Waiting times for cancer patients in 2023 are the worst on record in England
- By Nick Triggle
- Health correspondent
Waiting times for cancer patients for 2023 in England were the worst on record, an analysis by BBC News has revealed.
Only 64.1% of patients started treatment within 62 days of suspecting cancer, meaning nearly 100,000 waited longer than they should have for life-saving care.
Wait times have gotten worse every year for the past 11 years.
Gemma Peters, chief executive of Macmillan Cancer Support, described these figures as “shocking”.
“This represents a new low and highlights the desperate situation of people with cancer,” she said.
“Behind these numbers, real lives are being turned upside down, with thousands of people waiting a very long time to find out if they have cancer and begin treatment, causing additional anxiety at an already very difficult time.
“With more than three million people in the UK living with cancer and an aging population, this number is expected to rise.”
Records go back to 2010, shortly after the cancer target was introduced.
However, improvements were made over the course of 2023 in how quickly patients were diagnosed, with 72% being told whether they had cancer or not within 28 days of urgent referral.
These numbers come after Monday’s announcement that the king had begun treatment after being diagnosed with cancer.
He is receiving treatment in a private hospital, after he was discovered to have cancer following treatment for prostate enlargement at the end of last month.
An NHS England spokesman said the number of people being treated for cancer has risen rapidly over the past decade or so.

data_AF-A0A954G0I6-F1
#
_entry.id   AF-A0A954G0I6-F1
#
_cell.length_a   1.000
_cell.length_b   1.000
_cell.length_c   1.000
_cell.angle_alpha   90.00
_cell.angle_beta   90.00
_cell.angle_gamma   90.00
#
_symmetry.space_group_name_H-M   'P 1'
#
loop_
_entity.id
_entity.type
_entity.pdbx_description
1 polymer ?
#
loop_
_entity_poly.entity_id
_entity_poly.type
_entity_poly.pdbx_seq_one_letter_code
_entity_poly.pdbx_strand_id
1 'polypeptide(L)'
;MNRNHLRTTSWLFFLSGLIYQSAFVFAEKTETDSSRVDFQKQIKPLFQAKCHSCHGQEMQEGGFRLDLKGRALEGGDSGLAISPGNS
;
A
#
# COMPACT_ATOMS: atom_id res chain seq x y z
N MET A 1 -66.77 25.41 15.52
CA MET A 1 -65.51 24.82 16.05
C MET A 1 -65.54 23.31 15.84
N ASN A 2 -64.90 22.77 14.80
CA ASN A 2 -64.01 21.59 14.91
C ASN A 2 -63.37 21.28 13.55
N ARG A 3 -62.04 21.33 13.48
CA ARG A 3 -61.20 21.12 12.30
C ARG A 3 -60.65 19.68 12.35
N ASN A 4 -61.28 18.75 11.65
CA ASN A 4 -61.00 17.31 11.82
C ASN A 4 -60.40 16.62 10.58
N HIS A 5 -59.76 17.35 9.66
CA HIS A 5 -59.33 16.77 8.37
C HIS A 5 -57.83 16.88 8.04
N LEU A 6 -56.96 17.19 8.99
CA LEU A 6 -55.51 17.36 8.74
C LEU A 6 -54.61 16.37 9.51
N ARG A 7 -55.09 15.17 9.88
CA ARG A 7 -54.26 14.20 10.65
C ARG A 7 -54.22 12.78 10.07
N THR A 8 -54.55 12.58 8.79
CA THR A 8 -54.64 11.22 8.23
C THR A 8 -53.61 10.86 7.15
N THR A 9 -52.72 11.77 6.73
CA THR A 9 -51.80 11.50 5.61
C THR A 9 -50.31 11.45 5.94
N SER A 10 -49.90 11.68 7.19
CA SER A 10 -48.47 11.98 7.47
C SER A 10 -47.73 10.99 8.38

He added: “Amid record pressures and the general impact of industrial action, NHS staff continue to work hard to prioritize the longest waits and the most urgent cases.”
Other parts of the UK are also struggling with waiting times for cancer patients.
It has been more than a decade since Wales, Northern Ireland or Scotland met their 62-day cancer targets.
Waiting time data for emergency cases and routine hospital treatments, such as knee and hip replacements, has also been released.
About 30% of patients waited longer than the target time of four hours in A&E in January, while numbers on the waiting list for treatment fell slightly in December to 7.6 million, below the all-time high of 7.77 million in December. End of September.
Tim Gardner, from the Health Foundation, said: “The NHS faces a difficult winter amid an increase in seasonal flu cases and continued industrial action.”
He said the reduction in the waiting list was welcome and a “testament to the hard work of staff”.
But he added: “Progress is slow, and waiting lists are very high.”
Data analysis by Megan Riddle
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